As a whole, I enjoyed learning some things I didn't know about Brown's upbringing in Augusta, GA, but was not surprised about most things that plagued most artists of superstar status such as drugs, money and domestic issues. I was particularly moved by the recreation of the Boston concert the night Dr. Martin Luther King was slain and the recording session with little children for "I'm Black and I'm Proud".
The film in its final edited stages felt very disjointed in the storytelling of flipping back and forth between Brown's early years, years that focused on the musical career highlights and years in which he is clearly a little older, but still pulling a crowd
James Brown was an entertainer that instilled and inspired the African-American culture for centuries to be proud of their heritage and wear it like a "badge of honor". He never backed down in his personal or professional life, even when there were some that accused him of "selling out" -- he kept it moving with a smile of pride and confidence. Brown is single-handedly responsible for the dance moves and/or careers of such musical heavy weights as Mick Jagger (who was also Executive Producer of this film), Usher, Michael Jackson, Justin Timberlake and the the list goes on... It was a pleasure to know that now a whole new generation will learn of his sacrifice in being one of the first.
If you love James Brown, you will enjoy listening to his hits and watching Chadwick Boseman bring him back to life if only for a little while. Get On Up is in theaters now.
Diablo Cody has proven to be a real innovative storyteller in this new millennium for women and the various emotional obstacles we face. She has done so effectively with JUNO, the Steven Spielberg produced dramedy "United States of Tara" and now with her latest effort "Paradise". Directed, written and produced by Cody, we are taken on the journey of Lamb (Julianne Hough), who after being severely burned in a plane crash, suffers a crisis in faith. After denouncing God in front of her parents (Holly Hunter & Nick Offerman) and her congregation, Lamb travels to "sin city" Las Vegas where she stumbles upon lounge singer/bartender Loray (Octavia Spencer) and fellow bartender William (Russell Brand), who begrudgingly take her under their wing to assist her in completing her "bucket list" to sin. I have to say based on her performances in "Safe Haven", "Footloose" and "Rock of Ages", I wasn't sure that Hough could carry this film, but I have to say she does so with much range and vulnerability, the type that only a "lamb" can have. Octavia Spencer is hilariously salty as lounge singer with a heart of gold - Loray and Russell Brand shows us his vulnerable side as the bartender who shags every new girl in "sin city", but somehow has an overprotective reaction to Lamb.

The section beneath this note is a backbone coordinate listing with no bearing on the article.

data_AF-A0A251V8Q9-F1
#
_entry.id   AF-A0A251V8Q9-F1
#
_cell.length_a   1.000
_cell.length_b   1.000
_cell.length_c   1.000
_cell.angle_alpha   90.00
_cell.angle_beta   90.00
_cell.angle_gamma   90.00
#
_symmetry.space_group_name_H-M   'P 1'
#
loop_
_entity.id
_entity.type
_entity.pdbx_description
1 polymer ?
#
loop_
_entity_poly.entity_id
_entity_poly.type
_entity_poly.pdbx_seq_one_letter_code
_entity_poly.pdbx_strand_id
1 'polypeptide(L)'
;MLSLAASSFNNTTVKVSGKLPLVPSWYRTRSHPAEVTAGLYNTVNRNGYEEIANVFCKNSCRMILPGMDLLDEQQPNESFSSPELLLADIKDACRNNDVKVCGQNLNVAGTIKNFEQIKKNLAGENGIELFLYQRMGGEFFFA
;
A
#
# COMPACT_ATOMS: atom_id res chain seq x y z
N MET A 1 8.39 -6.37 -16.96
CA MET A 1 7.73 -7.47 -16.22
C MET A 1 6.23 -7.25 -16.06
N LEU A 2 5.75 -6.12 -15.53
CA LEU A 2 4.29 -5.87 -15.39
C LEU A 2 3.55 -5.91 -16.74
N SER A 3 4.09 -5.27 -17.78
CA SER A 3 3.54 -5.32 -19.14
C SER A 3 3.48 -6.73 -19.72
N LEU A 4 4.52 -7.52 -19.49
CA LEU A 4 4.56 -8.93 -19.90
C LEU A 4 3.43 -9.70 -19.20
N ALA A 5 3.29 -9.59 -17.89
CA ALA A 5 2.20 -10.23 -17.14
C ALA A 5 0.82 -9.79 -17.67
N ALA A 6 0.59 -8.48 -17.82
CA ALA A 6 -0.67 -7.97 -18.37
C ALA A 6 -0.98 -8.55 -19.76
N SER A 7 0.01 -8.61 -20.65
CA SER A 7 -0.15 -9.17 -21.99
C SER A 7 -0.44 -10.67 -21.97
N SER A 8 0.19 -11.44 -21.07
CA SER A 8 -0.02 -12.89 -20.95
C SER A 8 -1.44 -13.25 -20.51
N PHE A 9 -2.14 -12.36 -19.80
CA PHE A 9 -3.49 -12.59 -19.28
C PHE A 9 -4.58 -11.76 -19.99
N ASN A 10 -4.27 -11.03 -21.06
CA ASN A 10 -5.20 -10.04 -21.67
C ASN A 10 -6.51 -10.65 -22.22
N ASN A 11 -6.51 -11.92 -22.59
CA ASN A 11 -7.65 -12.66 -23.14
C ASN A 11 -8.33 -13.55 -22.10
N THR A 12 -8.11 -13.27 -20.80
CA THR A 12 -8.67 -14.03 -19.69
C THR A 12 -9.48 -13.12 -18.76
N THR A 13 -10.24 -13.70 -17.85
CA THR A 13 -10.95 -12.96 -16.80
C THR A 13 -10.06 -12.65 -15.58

Diablo Cody's first foray into directing is very impressive and her writing, as usual, always has a message which makes one pause and think about the own state of their lives. PARADISE was one of the hits of Sundance this past year and is slated for a feature release in October. If you can't wait until then, you can catch it on DirectTV NOW!